Tutu, Meet Porta-Potty: A Race Day Recap


Well, it happened.

Ask any runner and it’s very likely that they have a story about “that one” race. Most of them have a story about “that one race” and if it’s not about them, it’s about some other poor runner who succumbed to it. It happened to our own Coach Joe (the coach of our Virtual Team In Training team) and since he was open about it (right here and has offered advice on the topic), I thought I might come out of the closet on the topic myself.

So if you’re a runner and you enjoy partaking in races from time to time, I hate to break it to you but odds are, it’s bound to happen to you, too. My advice from the beginning? Be one with it. Expect it. And move on. It’s like a notch in your belt.

If you think about it, it’s like the race day lottery, really. You never know when to expect it and which race it’s going to happen in.

You never know when your number will be up.

Because you take all the necessary precautions. You eat the right breakfast, you eat early enough, you don’t eat anything crazy that might adversely affect you, you definitely don’t try anything different. In fact, if you’re like me, you get up a little extra early so you can have that one cup of coffee early enough to get things moving along quickly in the right direction. (You know where I’m headed now, don’t you?)

And Heaven forbid it doesn’t move along in a timely manner, you arrive early enough on race day to try your luck at the evil porta potty and its even more evil lines. All necessary evils, but evil nonetheless. (OK, NOW you’re with me. I was being subtle.)

And then before the race, things work out in your favor hopefully and finally, you believe that you are all squared away in that department when lo and behold! The race starts, you’re running along at a comfortable pace and suddenly there is an uncomfortable stirring that occurs around mile 6. I think the term we runner-wanna-be’s call it is, “Gut Rot.” Which inevitably turns into what’s called, “The Runner’s Runs.” (You’re welcome.)

And so when the feeling strikes, you briefly think, “Uh oh.” And then you briefly wonder, “Is my number up?”

So you look at your watch. You weigh out the pros and the cons. You wonder if it is, indeed, the emergency you think might be brewing and if it is, indeed, time to throw in the proverbial towel on the dream of beating that last PR because you know that any kind of pit stop is going to cost you.

You go back and forth in your mind for about a half-mile when all of a sudden, your mind actually decides FOR YOU that it needs to be in the company of a porta-potty immediately. I mean, right away. Because disaster is indeed looming and you know now that running another 7 miles this way is not an option.

Because who wants to be wearing a tutu during any kind of disaster? Seriously! Even tripping and falling in a tutu isn’t an option. Because then you’ll be the girl wearing a tutu who fell and that image of the tutu flying up as you fall on your face and the image of you trying to get up and uncrinkle the poor tutu and run away will be forever emblazoned in the minds of both runners AND spectators. You will forever be the topic of conversation when anyone brings up their race experience, because now YOU are part of THEIR story. “Oh, and remember when that girl in the tutu busted ass? It was hilarious! There was tutu everywhere!”

We can’t have that.

And of course you know too that running with an unsightly substance running down your leg is definitely not an option, but even more importantly running in a tutu with an unsightly substance running down your leg is even less of an option that that! We’re not trying to win the Boston Marathon or anything, here, we’re just one of the thousands just trying to finish! And strangers telling that story? Uh uh. No way. A girl in a tutu has to preserve her dignity, after all.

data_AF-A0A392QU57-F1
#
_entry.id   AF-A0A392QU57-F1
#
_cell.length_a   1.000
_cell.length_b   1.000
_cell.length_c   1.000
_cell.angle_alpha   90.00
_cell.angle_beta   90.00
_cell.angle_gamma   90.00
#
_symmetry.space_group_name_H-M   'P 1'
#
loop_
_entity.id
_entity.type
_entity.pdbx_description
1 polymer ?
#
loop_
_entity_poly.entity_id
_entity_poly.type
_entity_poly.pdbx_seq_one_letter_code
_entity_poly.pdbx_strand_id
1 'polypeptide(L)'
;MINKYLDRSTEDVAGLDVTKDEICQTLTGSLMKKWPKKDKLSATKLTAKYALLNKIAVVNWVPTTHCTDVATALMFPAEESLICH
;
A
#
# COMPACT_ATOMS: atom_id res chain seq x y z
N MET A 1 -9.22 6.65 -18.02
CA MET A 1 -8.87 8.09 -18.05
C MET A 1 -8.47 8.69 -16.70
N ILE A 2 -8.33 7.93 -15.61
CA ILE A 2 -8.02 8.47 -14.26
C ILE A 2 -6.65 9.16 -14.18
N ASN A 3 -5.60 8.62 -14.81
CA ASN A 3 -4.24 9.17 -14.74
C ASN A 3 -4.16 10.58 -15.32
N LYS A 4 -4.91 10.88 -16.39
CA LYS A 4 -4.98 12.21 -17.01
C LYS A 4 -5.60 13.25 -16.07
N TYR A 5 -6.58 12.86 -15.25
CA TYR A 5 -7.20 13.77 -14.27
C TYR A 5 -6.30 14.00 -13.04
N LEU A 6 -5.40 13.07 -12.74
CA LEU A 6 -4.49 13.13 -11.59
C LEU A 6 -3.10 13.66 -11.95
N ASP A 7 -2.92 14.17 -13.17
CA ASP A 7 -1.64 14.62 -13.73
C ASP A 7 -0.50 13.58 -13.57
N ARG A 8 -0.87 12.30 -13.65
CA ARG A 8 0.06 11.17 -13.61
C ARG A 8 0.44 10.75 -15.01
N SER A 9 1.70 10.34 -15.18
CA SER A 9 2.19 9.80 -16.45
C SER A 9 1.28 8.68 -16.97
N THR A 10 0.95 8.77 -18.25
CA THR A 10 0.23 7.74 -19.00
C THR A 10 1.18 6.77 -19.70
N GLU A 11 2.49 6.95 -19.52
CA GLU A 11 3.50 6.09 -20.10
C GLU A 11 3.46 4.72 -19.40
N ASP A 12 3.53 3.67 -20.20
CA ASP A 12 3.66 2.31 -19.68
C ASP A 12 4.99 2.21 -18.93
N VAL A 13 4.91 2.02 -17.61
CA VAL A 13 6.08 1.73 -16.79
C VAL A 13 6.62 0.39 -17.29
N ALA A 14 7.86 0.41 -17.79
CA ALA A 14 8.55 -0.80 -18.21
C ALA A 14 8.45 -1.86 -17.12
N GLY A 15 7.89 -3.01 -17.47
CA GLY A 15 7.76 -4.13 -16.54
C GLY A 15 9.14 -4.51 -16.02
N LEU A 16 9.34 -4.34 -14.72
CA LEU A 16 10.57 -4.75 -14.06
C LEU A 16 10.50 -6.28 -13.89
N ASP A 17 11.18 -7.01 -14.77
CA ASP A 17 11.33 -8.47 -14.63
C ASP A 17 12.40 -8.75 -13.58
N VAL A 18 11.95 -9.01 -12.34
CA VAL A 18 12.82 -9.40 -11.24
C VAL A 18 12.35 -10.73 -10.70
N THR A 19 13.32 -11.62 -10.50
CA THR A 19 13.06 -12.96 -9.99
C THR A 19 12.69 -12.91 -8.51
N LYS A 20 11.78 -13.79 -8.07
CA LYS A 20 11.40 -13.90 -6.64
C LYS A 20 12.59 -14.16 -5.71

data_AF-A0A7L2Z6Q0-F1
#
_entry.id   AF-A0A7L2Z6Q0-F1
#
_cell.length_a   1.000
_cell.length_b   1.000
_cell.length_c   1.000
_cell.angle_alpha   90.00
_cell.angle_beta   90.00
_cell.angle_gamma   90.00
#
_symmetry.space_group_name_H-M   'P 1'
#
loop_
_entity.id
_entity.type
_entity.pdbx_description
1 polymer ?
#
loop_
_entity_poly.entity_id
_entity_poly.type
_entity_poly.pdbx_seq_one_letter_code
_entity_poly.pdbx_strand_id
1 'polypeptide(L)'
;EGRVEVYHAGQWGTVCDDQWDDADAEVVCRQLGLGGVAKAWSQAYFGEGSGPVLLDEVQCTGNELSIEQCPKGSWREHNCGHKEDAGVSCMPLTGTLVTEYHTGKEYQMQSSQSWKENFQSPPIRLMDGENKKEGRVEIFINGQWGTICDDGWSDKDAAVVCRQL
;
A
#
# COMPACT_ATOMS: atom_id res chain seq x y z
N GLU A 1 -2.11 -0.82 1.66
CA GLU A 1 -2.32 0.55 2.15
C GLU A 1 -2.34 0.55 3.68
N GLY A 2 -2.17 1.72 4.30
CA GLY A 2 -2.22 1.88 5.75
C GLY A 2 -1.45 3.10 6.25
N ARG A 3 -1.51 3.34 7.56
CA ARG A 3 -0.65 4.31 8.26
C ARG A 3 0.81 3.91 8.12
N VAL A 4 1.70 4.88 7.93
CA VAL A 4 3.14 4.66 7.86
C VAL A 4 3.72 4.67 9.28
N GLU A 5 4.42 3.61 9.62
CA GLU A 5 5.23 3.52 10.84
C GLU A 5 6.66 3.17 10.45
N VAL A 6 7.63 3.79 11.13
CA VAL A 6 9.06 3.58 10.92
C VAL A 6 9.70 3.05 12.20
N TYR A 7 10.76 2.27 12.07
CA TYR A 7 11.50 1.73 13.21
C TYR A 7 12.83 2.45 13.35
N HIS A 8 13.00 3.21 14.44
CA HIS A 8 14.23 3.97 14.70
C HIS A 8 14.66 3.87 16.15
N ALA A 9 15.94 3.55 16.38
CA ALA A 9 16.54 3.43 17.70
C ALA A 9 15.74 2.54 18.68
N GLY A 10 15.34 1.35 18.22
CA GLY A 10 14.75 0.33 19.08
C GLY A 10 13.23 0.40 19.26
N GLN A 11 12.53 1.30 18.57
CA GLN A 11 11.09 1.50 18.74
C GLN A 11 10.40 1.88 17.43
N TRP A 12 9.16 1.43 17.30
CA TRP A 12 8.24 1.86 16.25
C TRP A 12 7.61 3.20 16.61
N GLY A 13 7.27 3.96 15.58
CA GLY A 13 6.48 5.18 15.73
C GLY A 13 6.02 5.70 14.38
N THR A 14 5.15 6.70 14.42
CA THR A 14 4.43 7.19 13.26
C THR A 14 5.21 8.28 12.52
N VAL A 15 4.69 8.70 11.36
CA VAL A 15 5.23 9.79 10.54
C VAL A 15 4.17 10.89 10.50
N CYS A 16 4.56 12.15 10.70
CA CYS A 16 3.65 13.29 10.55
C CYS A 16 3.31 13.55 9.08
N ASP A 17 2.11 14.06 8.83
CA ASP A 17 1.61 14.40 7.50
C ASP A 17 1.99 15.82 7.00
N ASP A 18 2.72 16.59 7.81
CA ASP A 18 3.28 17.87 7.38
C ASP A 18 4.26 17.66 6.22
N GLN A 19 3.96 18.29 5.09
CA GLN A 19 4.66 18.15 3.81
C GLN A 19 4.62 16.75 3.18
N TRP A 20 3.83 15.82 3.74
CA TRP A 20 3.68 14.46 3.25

So. There you are. In your tutu, running along, smiling, while the lower half of your body is screaming. And you pull off to the side when you see the oasis of porta-potties to your left and despite how disgusting they are in reality, you think to yourself, “Pretty maids all in a row!” Because that’s just about the best thing those eyes have seen since this feeling all started!

And then you get in line, because yes, even during a race at mile 6, there is a line, and you watch your PR, every precious second of it, tick away from you. And even though you know in your heart that the disaster that is awaiting is so much more important to divert, the pain of giving up the dream of a new PR is still there hanging over you. It’s a small moment of defeat when you stop running.

Finally, a long and full 5 minutes later (you’re welcome), I emerge from the porta-potty somewhat victorious and I’m ready to continue on, disaster averted, ready to run.

I de-crumple my poor tutu that was cowering at the sight of the porta-potty, and together, my tutu and I pick it up and get back in the race. At that point, I heard my tutu whisper in its little begging tulle-y voice, "Please. No more porta-potties." I assured it we were ok.

I get moving and it feels pretty good, only I realize that it’s actually pretty hard to keep that 10 minute mile momentum up after stopping for a good 5 minutes. Nearly impossible, in fact. And my mind frame begins to shift from trying to catch up and catch that PR, because honestly, yes, I was still a bit unwilling to give up the dream and trying to do the math for the next couple a miles hoping that maybe the dream was still alive somehow, somewhere, post-porta-potty. I realized that it might not be in the cards for me after all, so my mind began to drift toward just finishing. Which is just never the end I have in mind at the beginning.

So I GU, I GU Chomp, I hydrate, I run along with the 2:30 pace group for a while until my legs start to feel like concrete stumps around mile 10 and the 2:30 pace girl eventually fades off into the distance because I can no longer keep up her pace, and I feel a little more defeated.